Sex-abuse victim sues Dept. of Corrections, alleging failure to supervise

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by KING 5 News

NWCN.com

Posted on January 23, 2013 at 2:22 PM

Attorneys on Wednesday filed a civil lawsuit against the Washington state Department of Corrections on behalf of a child sex-abuse survivor, alleging that the state failed to properly monitor a convicted child molester as was required, despite a court order barring him from having contact with young children.

Court papers say the Department of Corrections failed to appropriately monitor and supervise Claude E. Baker, a convicted child molester from Snohomish County, who was allowed to return from community supervision to his family home, where his adoptive daughter resided.

Papers say as a result of unfettered access and a failure to monitor, Baker repeatedly sexually abused his adoptive daughter, Brittany Baker, then age 6. 

An order from Chelan Superior Court barred Baker from having unsupervised contact with minor children.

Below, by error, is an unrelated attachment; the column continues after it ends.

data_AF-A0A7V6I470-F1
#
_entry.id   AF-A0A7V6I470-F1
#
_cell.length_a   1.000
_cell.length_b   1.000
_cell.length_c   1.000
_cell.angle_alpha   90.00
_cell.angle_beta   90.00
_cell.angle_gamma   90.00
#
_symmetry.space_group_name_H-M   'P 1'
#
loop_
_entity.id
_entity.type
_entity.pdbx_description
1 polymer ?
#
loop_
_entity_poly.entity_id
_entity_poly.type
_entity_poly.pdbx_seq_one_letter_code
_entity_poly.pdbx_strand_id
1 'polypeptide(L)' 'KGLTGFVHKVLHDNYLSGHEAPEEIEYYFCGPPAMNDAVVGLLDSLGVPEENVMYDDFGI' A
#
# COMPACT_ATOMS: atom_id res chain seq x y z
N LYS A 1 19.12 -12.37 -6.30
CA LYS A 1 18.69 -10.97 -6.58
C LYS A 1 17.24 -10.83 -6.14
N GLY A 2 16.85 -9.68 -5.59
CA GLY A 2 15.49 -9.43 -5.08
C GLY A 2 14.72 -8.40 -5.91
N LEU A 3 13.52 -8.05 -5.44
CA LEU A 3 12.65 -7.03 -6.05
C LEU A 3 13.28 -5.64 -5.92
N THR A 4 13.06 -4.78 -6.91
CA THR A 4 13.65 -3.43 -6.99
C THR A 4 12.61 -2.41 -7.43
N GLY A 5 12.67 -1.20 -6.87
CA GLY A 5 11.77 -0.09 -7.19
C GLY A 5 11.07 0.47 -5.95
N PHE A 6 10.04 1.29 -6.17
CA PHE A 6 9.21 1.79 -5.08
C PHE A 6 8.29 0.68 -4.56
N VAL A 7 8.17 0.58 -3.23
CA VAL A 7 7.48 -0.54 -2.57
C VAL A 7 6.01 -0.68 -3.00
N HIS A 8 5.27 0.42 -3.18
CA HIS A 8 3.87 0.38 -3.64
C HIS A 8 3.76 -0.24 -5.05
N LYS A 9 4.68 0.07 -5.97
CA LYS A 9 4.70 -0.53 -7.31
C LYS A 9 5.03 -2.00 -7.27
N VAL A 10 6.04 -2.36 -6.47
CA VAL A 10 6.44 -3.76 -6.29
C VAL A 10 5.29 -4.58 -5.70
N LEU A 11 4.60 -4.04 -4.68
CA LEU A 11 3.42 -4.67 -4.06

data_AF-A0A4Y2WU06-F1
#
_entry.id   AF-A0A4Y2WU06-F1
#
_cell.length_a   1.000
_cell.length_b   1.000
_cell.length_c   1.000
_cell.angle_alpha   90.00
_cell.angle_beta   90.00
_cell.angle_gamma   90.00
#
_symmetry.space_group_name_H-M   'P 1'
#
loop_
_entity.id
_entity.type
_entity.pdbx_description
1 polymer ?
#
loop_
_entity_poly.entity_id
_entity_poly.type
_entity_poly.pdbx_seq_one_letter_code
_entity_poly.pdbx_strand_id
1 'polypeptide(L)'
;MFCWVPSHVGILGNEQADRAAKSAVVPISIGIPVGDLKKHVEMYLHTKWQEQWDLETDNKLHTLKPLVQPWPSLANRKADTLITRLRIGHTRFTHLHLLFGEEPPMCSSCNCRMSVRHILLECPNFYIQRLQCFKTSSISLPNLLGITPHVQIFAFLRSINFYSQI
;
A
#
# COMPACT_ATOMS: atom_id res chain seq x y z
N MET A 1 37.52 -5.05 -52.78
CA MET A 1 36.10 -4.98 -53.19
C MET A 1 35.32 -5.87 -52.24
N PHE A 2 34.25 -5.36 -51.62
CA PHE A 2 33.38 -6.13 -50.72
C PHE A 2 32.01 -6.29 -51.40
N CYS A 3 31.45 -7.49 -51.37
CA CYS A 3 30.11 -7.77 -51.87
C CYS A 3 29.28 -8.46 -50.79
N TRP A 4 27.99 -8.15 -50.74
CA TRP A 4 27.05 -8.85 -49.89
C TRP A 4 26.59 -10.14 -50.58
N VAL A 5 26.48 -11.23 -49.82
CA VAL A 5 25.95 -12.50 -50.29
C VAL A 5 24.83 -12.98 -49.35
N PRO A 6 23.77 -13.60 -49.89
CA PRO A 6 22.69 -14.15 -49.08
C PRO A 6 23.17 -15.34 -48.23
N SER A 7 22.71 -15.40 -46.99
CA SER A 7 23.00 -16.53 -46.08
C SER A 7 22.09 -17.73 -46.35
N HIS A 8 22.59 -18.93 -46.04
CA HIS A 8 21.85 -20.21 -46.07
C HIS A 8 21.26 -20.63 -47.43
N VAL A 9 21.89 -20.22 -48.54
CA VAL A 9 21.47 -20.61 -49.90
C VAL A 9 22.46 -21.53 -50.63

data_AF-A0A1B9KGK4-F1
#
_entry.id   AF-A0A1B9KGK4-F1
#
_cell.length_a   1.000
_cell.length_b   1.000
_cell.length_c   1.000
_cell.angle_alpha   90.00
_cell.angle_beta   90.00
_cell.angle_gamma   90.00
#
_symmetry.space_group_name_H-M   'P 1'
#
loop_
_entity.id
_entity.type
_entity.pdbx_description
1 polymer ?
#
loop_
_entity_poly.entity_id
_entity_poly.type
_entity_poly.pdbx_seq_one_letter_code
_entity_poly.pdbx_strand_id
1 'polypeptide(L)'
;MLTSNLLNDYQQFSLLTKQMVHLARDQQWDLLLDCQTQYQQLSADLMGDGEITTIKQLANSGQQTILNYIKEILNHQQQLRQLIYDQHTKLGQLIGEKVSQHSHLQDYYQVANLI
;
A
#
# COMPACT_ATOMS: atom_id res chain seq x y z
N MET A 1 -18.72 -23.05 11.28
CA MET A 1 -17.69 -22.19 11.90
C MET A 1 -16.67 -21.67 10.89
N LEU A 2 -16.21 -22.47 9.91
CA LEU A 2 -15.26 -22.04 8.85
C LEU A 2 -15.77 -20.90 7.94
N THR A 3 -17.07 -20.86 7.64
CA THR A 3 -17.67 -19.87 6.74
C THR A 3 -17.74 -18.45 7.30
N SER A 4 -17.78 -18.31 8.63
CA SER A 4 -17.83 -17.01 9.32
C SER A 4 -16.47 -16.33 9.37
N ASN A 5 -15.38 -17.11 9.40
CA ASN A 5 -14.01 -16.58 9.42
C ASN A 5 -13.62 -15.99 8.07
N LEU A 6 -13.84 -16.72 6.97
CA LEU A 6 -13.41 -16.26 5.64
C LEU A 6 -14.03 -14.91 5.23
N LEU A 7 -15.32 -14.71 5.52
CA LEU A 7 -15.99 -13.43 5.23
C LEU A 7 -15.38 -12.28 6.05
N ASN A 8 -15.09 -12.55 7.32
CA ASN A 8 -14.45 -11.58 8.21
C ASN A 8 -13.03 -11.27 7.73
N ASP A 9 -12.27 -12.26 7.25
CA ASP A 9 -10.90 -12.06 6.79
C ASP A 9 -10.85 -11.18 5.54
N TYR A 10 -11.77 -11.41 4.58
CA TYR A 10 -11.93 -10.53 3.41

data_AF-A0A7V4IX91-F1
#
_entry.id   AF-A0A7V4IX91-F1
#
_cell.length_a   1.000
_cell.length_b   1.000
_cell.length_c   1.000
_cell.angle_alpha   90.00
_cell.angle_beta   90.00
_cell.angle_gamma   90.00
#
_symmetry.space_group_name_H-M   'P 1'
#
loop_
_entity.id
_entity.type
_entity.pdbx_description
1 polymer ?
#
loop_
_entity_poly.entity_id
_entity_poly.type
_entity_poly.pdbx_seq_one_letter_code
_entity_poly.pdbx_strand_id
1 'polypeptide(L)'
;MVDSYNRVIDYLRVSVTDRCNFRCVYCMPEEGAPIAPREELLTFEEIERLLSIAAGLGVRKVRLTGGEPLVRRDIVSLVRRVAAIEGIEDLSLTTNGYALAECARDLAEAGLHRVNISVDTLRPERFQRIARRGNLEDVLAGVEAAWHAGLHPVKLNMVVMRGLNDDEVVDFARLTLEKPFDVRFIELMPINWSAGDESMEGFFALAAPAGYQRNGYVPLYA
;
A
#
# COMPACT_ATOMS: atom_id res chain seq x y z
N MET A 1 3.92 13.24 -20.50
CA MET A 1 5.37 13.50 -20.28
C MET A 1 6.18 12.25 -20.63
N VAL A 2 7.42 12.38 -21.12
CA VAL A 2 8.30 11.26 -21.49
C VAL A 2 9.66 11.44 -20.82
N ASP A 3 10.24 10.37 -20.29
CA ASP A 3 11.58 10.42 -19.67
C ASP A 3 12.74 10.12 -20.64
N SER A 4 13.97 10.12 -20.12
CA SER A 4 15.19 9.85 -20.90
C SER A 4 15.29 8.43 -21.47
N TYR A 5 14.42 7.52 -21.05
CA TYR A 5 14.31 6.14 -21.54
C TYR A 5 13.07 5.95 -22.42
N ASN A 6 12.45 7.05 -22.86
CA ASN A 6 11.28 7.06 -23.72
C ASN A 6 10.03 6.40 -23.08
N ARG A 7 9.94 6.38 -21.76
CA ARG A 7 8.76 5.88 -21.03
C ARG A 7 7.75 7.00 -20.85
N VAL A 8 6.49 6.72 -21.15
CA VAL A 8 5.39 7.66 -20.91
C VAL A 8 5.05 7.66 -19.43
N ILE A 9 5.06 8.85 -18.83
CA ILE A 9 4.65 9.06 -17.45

A psychosexual evaluation given to the court prior to Baker’s sentencing said he had a history of molesting children, engaging in public sex, exposing himself and patronizing teenage prostitutes.

Baker’s attorney said the case represents a profound failure by the state to fulfill its basic legal obligation to protect society’s most vulnerable.

 “It’s deeply disturbing that the state Department of Corrections so egregiously failed to supervise a sex offender when it had documents outlining not only what could happen but what likely would happen if this person was allowed to be around children,” said attorney Tim Kosnoff, who represents childhood sexual-abuse victims.

Court papers also name Baker’s wife as a defendant, saying she knew or should have known that her husband was sexually abusing their adoptive daughter in the family home and on family trips, that she failed to exercise ordinary care to safeguard her daughter, and she failed to promptly report the abuse to law enforcement or child protective services.

Claude Baker died in August 2011 at age 62.

The lawsuit seeks unspecified damages.

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